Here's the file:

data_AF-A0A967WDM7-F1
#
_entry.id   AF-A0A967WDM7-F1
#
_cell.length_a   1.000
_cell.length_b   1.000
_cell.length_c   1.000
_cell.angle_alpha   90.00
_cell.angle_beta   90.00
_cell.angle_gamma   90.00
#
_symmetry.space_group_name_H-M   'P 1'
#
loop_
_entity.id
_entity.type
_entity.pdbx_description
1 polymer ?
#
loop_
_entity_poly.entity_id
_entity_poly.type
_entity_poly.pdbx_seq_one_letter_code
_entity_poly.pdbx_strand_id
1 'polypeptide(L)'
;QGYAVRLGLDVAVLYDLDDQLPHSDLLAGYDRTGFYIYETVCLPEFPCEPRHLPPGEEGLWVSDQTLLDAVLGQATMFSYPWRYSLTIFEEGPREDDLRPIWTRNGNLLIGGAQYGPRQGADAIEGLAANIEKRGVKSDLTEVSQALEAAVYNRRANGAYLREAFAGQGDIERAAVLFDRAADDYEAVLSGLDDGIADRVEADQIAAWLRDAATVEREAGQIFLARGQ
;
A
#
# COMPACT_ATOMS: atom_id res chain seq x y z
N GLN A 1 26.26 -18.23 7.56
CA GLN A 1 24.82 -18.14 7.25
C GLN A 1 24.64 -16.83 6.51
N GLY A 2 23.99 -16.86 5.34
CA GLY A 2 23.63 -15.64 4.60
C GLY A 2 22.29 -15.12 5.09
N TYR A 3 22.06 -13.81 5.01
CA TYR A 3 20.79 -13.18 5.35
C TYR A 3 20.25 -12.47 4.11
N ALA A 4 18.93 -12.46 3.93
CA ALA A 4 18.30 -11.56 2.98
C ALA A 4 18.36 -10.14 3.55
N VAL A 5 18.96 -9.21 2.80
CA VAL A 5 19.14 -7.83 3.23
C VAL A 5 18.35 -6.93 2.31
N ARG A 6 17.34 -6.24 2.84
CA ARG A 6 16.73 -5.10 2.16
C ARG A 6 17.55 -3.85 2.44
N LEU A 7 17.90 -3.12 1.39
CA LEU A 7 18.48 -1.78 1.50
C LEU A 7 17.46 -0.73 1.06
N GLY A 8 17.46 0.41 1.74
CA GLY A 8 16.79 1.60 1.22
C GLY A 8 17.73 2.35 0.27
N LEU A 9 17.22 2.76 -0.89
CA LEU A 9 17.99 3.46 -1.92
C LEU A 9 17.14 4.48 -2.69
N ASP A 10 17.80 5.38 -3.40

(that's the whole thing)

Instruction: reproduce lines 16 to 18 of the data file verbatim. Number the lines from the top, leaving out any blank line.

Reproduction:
_entity.type
_entity.pdbx_description
1 polymer ?